Frye Art Museum
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Early in the 20th century Charles and Emma Frye, a successful couple living in Seattle, were known art enthusiasts. They had acquired such a large collection that they had an art gallery constructed inside of their home to showcase their pieces. After Charles and Emma had died, their 232 paintings became the Founding Collection of the Frye Museum of Art, built in 1952. Today, the Museum has various collections with German, American, and European works.
Backstory and Context
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The Frye Founding Collection that was established by Charles and Emma Frye before their deaths mainly showcased late nineteenth and early twentieth century German art. Charles and Emma were both born in Iowa, the children of German emigrants. They eventually would relocate to Seattle and make their fortune in the meat-packing business. Charles Frye also embarked on several other different ventures, such as investing in real estate, oil wells, and gold mines, and these holdings are still the primary source of revenue for the Frye Museum of Art. The couple began collecting paintings in the early twentieth century and their enthusiasm for the arts contributed to their acquisition that totaled more than 200 pieces, with the majority being German. When Emma died in 1934, paintings covered the Fryes' walls from the floor to the ceiling.
At the time, prominent American collectors and curators were attempting to create a cultural link between Germany and America, therefore, the couple's collection was significant. Charles and Emma Frye had no children, so they stated in their wills that a museum free to the public be built to house their collection. Charles also made the stipulation that natural lighting be used to illuminate the galleries and that absolutely no abstract pieces be placed on display. Walser Sly Greathouse, the executor of Charles' will, established the museum in Frye's name and became the first to manage it's operations. After more than ten years of work and construction, the Frye Art Museum opened on February 8, 1952. With Greathouse as director, he decided to broaden the museum's collection. On trips to New York, he would acquire American pieces by artists such as Thomas Eakins and Winslow Homer. He also purchased from local Seattle artists like Albert Fisher and William Cumming. Walser's wife, Ida Kay, became the second museum director in 1966 after her husband died. She ran the museum until her retirement in 1994.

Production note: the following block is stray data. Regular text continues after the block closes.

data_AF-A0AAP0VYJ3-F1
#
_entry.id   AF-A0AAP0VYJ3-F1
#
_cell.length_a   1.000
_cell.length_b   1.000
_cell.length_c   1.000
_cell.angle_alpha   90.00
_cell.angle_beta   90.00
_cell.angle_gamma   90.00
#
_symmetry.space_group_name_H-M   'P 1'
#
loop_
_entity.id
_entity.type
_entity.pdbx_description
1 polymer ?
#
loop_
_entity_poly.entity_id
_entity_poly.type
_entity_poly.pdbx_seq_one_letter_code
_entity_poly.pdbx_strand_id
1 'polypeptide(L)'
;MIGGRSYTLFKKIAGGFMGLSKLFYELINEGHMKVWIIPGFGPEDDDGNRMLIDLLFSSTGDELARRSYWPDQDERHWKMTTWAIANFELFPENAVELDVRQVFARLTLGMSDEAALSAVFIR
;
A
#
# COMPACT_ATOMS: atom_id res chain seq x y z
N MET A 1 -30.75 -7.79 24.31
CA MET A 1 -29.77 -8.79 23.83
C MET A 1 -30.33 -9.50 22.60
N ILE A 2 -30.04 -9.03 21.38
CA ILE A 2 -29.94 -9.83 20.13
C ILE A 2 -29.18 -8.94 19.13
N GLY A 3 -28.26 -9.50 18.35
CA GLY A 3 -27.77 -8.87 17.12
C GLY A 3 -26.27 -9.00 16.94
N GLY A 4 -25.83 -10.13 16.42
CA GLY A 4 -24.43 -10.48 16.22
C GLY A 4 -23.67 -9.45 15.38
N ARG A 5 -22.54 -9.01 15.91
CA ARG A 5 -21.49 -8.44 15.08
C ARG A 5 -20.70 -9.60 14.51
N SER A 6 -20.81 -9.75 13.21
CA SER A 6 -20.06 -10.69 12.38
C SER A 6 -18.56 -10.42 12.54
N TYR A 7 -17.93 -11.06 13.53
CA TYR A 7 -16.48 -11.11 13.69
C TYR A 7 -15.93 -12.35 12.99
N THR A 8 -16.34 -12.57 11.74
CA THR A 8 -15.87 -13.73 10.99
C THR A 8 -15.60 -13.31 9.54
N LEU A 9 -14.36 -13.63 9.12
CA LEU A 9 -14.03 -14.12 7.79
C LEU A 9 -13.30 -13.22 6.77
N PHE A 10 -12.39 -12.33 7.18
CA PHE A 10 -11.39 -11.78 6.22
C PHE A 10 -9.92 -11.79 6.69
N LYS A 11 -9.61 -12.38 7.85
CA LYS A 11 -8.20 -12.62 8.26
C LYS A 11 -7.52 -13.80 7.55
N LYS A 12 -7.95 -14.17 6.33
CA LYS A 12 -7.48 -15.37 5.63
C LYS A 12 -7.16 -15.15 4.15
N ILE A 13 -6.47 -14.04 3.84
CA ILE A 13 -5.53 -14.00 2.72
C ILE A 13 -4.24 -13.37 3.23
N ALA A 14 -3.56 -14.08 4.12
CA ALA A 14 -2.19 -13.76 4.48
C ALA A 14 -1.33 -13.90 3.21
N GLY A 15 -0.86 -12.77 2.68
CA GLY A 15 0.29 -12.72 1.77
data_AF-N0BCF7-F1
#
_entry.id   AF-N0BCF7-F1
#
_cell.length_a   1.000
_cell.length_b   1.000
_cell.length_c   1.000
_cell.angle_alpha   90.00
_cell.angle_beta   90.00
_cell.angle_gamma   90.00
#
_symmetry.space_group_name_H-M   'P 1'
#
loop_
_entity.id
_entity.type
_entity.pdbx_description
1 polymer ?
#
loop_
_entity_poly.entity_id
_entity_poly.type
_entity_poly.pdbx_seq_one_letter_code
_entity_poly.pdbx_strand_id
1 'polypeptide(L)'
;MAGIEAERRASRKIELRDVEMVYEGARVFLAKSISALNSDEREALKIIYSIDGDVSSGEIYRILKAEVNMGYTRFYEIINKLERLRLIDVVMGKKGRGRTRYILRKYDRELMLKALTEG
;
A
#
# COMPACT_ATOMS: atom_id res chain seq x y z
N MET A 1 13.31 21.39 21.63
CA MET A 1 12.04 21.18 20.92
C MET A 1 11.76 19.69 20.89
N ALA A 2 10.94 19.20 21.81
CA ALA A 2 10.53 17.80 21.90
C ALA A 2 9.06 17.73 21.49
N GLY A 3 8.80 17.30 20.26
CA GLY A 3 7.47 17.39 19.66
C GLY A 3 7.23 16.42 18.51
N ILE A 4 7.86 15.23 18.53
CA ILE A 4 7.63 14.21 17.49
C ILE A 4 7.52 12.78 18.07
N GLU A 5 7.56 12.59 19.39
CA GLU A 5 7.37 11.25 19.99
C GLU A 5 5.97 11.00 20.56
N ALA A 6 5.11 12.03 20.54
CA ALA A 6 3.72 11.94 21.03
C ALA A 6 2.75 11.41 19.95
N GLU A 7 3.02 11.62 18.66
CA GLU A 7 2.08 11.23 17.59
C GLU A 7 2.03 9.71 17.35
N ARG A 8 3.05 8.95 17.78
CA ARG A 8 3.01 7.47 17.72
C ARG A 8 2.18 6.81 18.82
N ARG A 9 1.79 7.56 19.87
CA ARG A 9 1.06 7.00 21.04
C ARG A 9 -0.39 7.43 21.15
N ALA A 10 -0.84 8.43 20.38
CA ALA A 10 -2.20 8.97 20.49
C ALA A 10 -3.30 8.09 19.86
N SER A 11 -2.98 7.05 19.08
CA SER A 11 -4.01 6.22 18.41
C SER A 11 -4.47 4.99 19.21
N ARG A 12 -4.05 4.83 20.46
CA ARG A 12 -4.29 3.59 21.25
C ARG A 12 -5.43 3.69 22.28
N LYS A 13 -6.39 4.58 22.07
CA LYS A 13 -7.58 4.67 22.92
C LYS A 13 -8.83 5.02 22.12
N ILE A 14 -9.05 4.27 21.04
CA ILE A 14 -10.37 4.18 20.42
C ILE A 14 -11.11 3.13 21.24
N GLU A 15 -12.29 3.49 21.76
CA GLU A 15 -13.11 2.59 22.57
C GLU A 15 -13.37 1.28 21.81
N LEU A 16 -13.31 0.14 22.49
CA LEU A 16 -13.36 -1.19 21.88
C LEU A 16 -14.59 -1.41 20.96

Today, the museum's collections have grown beyond the Frye Founding Collection. The pieces continue to complement the Founding Collection with additional German and other European artwork. Pieces that make up the collection include oil paintings, watercolors, etching, lithograph (a way of printing from a prepared flat stone, metal, or plastic plate with a greasy crayon or tusche drawing that is washed with water, recovered in ink, and applied to a surface), pastel, pencil, acrylic, charcoal, mezzotint, mixed media, and more. The museum offers a variety of guided tours, gallery talks, exhibition lectures, art history lectures and courses, film, music, and exhibition performances. Furthermore, the museum schedules field trips and visits for students of all ages promoting art history education. In fact, education is one of the most important fundamentals at the museum. For example, professional development opportunities are also offered that use hands on lectures, workshops, and film to inspire collective community discussion. From it's founding the Frye Art Museum, at it's core, has been about a love of art. Charles and Emma were art enthusiasts that have, unknowingly, inspired many who have visited the museum; and those that have lent a hand in it's continued operations and evolvement have only improved upon the initial vision.
"Lithography." Artlex. http://www.artlex.com/ArtLex/kl/lithography.html "Collections." Frye Art Museum. http://fryemuseum.org/collections/ "Frye History." Frye Art Museum. http://fryemuseum.org/history/
Tate, Cassandra. Frye Art Museum (Seattle), History Link. March 3rd 2002. Accessed March 6th 2020. https://www.historylink.org/File/3711.
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